8 Best Places for Fly Fishing West Virginia

More and more anglers are heading to West Virginia for the state's excellent fishing opportunities. West Virginia has some top fly fishing rivers and lakes, which until recently have been kept a well-hidden secret by the local anglers.
fly fishing virginia

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But now, people are starting to catch on and it’s not hard to see why!

With superb streams and excellent lake fishing, it’s well worth a trip to West Virginia. You can fish for brook, brown, and rainbow trout as well as warm water fish that are stocked all across the state. There’s something for every fly angler in West Virginia!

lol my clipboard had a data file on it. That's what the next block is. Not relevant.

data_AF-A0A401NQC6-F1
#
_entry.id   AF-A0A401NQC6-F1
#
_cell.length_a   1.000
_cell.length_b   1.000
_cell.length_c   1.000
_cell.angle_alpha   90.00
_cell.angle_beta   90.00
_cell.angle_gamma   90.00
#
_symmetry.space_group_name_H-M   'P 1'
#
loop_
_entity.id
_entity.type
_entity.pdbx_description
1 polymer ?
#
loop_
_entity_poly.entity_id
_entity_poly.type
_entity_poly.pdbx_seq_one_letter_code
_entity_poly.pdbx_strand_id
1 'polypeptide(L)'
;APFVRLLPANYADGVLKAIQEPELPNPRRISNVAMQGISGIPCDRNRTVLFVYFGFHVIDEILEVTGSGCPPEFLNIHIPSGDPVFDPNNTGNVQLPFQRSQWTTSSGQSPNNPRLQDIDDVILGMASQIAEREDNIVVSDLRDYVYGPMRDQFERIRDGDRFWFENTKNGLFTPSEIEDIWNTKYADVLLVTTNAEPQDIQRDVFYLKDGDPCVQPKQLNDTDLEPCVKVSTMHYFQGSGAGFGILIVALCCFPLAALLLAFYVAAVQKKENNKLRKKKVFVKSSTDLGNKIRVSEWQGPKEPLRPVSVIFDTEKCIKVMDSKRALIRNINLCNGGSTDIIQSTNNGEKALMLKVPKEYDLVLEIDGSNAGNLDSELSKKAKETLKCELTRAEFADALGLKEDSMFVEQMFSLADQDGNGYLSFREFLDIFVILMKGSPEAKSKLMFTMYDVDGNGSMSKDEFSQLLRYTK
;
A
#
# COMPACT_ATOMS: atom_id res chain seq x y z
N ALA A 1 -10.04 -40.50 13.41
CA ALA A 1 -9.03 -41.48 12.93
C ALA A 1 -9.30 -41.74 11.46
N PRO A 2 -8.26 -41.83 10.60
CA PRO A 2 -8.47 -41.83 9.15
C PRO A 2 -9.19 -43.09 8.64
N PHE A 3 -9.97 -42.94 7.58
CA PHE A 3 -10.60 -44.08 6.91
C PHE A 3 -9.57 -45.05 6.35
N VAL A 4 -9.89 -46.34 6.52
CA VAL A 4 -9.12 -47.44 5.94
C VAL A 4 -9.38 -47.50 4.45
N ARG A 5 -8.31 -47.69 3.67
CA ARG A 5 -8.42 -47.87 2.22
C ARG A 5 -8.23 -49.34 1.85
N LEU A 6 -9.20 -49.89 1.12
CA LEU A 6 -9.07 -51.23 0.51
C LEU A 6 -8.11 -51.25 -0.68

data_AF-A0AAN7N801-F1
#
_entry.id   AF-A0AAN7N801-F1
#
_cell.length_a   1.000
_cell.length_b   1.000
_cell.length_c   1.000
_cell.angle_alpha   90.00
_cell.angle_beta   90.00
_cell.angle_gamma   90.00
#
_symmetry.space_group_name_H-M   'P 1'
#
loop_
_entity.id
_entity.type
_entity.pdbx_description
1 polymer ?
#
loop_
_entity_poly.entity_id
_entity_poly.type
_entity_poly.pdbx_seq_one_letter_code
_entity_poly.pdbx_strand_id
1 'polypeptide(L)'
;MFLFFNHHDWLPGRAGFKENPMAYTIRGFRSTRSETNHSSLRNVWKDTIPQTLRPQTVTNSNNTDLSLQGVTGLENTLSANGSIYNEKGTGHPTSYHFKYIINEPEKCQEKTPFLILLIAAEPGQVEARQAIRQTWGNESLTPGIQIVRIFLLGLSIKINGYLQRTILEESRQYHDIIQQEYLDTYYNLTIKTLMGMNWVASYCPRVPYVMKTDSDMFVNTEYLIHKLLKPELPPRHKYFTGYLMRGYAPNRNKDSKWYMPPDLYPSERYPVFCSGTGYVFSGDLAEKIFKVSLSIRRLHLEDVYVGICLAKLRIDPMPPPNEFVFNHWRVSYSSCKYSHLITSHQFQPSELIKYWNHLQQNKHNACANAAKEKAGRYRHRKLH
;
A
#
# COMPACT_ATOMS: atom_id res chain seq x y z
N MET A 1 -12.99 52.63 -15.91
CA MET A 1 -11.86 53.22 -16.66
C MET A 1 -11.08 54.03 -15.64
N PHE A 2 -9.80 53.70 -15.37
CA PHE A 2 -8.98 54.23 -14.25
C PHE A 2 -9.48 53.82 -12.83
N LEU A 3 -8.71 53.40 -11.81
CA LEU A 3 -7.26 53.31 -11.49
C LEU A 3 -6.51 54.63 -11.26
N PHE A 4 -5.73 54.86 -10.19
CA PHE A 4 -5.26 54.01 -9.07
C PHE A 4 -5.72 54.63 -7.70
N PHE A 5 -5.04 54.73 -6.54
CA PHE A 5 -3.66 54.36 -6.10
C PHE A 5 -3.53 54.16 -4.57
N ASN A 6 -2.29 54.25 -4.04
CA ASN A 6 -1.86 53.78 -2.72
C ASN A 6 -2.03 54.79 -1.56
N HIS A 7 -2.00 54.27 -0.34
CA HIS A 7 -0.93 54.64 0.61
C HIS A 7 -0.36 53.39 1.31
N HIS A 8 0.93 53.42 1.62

We’ve created this guide to fishing in West Virginia so you can get all the info you need to know in one place. Plus, we’ve included our recommendations of the best fly fishing locations in West Virginia!

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Best Fly Fishing Locations In West Virginia

Not sure where to start among West Virginia’s fly fishing spots? Here are the top locations for some epic fly fishing action! From the Monongahela National Forest waters to the gin-clear mountain streams and calmer lakes, WV has something for everyone.

1. Cranberry River

Cranberry River

You can’t go to West Virginia without visiting the Cranberry River! Beginning in the Monongahela National Forest, it flows through wild but beautiful countryside. To reach certain areas, you’ve got to be dedicated and willing to hike to the river. But the trout fishing more than makes up for the effort you put in!